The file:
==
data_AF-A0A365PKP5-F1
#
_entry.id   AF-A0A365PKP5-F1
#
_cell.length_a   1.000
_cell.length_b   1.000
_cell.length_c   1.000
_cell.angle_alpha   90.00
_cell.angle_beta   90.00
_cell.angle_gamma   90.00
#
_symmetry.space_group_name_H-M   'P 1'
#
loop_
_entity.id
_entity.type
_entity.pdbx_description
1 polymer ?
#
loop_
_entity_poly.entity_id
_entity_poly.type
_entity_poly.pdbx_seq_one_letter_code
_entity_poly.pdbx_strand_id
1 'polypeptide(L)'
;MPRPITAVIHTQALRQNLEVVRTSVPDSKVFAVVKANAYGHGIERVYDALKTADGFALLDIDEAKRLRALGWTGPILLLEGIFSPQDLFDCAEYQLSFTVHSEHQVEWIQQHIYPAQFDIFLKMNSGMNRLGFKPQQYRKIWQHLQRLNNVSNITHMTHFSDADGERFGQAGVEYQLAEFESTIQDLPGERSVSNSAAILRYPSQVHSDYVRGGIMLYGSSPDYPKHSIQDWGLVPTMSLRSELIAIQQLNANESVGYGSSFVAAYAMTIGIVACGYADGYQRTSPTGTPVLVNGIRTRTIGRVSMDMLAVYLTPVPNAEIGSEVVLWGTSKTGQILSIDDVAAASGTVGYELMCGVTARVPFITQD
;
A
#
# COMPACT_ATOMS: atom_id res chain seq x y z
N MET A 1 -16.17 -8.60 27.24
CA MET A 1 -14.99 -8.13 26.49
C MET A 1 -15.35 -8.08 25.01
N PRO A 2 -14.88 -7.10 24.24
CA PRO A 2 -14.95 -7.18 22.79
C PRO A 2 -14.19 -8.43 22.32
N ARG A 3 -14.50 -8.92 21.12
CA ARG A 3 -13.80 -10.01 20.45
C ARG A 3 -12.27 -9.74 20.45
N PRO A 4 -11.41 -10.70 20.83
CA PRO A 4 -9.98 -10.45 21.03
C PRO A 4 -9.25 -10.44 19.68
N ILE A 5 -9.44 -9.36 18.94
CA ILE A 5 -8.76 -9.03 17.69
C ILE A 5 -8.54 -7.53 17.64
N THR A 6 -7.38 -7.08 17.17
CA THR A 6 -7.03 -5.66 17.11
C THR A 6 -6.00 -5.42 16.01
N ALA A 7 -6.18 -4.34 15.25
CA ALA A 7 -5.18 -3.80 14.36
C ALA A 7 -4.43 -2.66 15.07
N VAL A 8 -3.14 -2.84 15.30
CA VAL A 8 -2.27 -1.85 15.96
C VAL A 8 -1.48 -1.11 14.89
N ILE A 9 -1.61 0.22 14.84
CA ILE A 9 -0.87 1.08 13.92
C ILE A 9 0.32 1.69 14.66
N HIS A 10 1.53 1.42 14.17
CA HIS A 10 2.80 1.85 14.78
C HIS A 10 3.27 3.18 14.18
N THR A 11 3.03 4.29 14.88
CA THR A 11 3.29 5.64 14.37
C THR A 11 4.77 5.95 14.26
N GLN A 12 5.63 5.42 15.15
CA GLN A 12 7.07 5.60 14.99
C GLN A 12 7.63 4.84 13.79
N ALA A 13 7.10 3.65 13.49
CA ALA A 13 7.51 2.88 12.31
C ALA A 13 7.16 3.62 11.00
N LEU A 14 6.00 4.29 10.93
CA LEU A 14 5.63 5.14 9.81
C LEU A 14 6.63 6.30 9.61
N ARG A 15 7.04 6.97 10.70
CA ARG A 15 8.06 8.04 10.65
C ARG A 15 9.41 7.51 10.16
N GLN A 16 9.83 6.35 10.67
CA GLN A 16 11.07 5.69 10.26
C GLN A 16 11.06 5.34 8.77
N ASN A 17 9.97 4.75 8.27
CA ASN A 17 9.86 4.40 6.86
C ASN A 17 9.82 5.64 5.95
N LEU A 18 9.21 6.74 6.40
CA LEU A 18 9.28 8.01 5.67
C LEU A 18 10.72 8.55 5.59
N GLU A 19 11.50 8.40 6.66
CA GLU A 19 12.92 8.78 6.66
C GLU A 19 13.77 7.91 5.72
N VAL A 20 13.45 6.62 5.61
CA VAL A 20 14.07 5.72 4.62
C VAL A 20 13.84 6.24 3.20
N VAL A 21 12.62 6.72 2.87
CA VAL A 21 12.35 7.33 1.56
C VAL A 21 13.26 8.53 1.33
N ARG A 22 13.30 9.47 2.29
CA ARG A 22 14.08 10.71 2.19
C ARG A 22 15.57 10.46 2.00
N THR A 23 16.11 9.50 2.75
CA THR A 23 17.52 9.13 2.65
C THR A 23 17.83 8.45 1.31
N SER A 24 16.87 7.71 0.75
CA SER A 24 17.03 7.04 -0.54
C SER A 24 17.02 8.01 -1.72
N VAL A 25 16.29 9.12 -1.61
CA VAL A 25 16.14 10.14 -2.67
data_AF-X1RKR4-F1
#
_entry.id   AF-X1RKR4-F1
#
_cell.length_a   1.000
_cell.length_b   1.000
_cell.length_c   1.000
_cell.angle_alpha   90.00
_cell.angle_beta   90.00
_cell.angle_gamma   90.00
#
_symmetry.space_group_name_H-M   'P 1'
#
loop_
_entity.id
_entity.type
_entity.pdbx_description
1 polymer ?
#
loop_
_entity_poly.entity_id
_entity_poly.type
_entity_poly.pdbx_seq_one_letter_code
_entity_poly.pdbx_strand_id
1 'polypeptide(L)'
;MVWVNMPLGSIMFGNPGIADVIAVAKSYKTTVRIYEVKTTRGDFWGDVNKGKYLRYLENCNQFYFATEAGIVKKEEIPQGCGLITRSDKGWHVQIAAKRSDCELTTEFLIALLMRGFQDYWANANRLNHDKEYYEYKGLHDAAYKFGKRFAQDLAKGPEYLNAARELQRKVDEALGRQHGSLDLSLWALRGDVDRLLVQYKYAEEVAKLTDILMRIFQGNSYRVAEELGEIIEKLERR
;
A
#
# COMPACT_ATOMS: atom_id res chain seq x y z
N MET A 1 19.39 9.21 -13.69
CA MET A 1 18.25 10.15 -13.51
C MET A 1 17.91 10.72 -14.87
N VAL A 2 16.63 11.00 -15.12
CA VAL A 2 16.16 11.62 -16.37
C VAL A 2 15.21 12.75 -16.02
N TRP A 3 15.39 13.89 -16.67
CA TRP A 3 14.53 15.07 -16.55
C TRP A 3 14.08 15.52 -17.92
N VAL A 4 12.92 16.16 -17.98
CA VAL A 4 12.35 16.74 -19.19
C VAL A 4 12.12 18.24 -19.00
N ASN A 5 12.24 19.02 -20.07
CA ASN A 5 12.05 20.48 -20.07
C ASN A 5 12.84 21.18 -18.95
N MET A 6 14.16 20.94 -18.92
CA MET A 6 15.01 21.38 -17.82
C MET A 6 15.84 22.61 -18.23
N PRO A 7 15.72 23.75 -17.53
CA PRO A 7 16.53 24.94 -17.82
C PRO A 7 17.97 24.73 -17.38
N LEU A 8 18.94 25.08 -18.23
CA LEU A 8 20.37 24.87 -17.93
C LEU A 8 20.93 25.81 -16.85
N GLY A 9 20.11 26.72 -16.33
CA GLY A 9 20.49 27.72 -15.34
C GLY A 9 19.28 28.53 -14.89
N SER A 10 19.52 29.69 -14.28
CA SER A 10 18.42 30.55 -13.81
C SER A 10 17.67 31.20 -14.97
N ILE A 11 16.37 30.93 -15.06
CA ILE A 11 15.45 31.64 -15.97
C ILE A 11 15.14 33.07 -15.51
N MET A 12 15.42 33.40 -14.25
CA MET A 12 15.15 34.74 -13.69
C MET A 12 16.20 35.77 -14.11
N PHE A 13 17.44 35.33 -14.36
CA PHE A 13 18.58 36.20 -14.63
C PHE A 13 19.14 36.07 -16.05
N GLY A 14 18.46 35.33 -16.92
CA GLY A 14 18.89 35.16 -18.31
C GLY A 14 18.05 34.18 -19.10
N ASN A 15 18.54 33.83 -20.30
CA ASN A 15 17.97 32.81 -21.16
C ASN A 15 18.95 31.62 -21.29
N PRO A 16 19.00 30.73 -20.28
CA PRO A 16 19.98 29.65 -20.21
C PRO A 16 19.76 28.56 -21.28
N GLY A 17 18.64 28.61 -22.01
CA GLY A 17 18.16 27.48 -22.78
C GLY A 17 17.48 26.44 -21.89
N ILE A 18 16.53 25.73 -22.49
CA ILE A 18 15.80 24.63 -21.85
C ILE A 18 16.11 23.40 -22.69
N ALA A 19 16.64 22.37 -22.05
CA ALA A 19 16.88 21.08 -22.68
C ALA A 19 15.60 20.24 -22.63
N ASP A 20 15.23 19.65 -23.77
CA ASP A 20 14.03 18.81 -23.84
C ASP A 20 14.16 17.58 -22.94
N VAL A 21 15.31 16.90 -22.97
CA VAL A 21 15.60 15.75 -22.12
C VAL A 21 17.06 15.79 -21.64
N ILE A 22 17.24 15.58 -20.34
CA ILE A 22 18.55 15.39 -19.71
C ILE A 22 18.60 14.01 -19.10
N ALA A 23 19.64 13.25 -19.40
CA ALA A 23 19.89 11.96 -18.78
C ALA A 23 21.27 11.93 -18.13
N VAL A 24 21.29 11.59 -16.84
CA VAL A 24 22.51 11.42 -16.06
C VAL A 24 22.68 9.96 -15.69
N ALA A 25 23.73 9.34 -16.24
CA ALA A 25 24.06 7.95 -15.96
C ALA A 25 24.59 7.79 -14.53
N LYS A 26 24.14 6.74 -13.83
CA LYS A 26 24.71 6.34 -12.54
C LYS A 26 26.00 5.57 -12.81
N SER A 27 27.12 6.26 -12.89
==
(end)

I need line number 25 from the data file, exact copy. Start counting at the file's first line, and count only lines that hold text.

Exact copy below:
1 'polypeptide(L)'